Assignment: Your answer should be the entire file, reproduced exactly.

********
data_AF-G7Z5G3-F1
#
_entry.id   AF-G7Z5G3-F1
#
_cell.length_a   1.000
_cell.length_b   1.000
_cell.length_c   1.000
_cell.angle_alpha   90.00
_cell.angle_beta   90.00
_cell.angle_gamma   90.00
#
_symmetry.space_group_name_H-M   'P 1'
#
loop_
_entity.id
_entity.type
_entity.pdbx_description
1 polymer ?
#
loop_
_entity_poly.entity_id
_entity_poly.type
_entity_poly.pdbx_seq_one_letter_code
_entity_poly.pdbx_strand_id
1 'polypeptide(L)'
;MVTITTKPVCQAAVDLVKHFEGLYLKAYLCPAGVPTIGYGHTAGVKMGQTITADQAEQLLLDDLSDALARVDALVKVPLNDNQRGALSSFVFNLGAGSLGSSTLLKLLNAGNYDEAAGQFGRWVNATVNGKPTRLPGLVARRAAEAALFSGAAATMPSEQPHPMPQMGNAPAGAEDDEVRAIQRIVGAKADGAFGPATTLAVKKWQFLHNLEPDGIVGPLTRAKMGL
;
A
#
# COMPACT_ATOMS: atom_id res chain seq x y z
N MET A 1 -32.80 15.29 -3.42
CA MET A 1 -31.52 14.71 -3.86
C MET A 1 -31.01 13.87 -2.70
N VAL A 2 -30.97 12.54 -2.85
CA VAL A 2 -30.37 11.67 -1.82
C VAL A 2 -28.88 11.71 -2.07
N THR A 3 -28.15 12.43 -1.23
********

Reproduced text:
data_AF-G7Z5G3-F1
#
_entry.id   AF-G7Z5G3-F1
#
_cell.length_a   1.000
_cell.length_b   1.000
_cell.length_c   1.000
_cell.angle_alpha   90.00
_cell.angle_beta   90.00
_cell.angle_gamma   90.00
#
_symmetry.space_group_name_H-M   'P 1'
#
loop_
_entity.id
_entity.type
_entity.pdbx_description
1 polymer ?
#
loop_
_entity_poly.entity_id
_entity_poly.type
_entity_poly.pdbx_seq_one_letter_code
_entity_poly.pdbx_strand_id
1 'polypeptide(L)'
;MVTITTKPVCQAAVDLVKHFEGLYLKAYLCPAGVPTIGYGHTAGVKMGQTITADQAEQLLLDDLSDALARVDALVKVPLNDNQRGALSSFVFNLGAGSLGSSTLLKLLNAGNYDEAAGQFGRWVNATVNGKPTRLPGLVARRAAEAALFSGAAATMPSEQPHPMPQMGNAPAGAEDDEVRAIQRIVGAKADGAFGPATTLAVKKWQFLHNLEPDGIVGPLTRAKMGL
;
A
#
# COMPACT_ATOMS: atom_id res chain seq x y z
N MET A 1 -32.80 15.29 -3.42
CA MET A 1 -31.52 14.71 -3.86
C MET A 1 -31.01 13.87 -2.70
N VAL A 2 -30.97 12.54 -2.85
CA VAL A 2 -30.37 11.67 -1.82
C VAL A 2 -28.88 11.71 -2.07
N THR A 3 -28.15 12.43 -1.23